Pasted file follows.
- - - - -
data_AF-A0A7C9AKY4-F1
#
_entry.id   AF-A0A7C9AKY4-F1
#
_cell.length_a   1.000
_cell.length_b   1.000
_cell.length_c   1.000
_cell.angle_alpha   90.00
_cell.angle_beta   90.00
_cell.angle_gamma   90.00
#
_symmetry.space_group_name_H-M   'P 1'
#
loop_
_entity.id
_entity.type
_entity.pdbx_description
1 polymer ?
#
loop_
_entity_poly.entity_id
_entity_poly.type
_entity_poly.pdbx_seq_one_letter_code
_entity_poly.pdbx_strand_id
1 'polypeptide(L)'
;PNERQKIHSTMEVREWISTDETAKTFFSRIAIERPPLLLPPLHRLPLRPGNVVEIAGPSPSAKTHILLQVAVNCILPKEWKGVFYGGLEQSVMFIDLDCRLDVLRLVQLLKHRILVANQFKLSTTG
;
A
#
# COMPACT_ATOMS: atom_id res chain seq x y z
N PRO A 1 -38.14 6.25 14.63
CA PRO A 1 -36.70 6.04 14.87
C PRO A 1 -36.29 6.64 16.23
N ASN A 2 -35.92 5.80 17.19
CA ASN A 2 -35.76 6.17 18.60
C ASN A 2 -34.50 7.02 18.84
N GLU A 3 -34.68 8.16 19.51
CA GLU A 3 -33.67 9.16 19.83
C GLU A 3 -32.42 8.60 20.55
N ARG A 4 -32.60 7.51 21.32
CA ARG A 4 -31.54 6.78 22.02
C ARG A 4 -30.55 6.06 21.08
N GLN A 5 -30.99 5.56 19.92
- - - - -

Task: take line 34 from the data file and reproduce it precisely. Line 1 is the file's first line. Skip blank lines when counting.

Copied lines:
N ASN A 2 -35.92 5.80 17.19